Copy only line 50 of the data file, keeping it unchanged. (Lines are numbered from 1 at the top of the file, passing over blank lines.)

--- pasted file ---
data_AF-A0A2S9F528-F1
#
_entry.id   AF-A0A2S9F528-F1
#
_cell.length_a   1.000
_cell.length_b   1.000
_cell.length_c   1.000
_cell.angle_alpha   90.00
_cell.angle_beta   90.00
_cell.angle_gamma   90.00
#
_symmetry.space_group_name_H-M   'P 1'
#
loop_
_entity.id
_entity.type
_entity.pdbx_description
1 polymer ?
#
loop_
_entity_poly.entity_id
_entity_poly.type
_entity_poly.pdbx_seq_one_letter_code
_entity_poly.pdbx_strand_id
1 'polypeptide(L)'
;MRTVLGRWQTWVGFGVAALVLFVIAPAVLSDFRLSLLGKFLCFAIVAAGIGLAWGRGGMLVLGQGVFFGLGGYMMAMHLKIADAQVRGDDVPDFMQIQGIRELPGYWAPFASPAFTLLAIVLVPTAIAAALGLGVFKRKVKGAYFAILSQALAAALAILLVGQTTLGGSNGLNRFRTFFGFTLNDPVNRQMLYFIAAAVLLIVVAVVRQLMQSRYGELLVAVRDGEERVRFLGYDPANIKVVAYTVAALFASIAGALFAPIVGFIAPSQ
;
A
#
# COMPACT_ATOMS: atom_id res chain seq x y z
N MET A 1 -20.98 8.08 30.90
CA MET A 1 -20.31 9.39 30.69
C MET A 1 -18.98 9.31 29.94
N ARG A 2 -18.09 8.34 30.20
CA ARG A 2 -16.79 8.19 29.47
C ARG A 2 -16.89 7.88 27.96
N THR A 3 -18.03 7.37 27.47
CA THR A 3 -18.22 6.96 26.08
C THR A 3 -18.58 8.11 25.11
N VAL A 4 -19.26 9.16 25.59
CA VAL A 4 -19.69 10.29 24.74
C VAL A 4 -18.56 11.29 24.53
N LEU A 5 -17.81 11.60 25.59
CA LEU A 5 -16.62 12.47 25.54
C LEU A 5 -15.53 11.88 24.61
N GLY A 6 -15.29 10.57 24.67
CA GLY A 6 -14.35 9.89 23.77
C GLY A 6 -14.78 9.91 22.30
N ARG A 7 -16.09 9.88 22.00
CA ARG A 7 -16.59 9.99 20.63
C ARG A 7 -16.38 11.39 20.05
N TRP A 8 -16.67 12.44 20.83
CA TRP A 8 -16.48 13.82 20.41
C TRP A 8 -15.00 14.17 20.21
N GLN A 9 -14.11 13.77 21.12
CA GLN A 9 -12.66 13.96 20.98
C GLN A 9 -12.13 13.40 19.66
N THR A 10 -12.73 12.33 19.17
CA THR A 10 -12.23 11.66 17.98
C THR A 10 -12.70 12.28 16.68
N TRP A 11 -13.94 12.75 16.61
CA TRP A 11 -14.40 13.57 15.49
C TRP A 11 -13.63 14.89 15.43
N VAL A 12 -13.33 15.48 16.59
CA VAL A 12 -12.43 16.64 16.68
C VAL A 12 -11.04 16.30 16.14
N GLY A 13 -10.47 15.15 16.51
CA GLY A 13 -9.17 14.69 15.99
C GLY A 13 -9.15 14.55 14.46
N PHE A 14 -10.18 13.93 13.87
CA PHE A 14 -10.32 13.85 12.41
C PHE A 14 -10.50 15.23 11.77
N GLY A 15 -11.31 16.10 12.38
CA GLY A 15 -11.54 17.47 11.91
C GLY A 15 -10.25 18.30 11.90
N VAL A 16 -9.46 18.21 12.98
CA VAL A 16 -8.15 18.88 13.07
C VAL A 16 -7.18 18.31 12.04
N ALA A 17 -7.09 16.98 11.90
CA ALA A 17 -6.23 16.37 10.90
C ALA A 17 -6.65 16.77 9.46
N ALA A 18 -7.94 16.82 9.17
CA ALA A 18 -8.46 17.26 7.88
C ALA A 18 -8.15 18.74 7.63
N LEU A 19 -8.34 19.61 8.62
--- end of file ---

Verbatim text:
CA ARG A 7 -16.59 9.99 20.63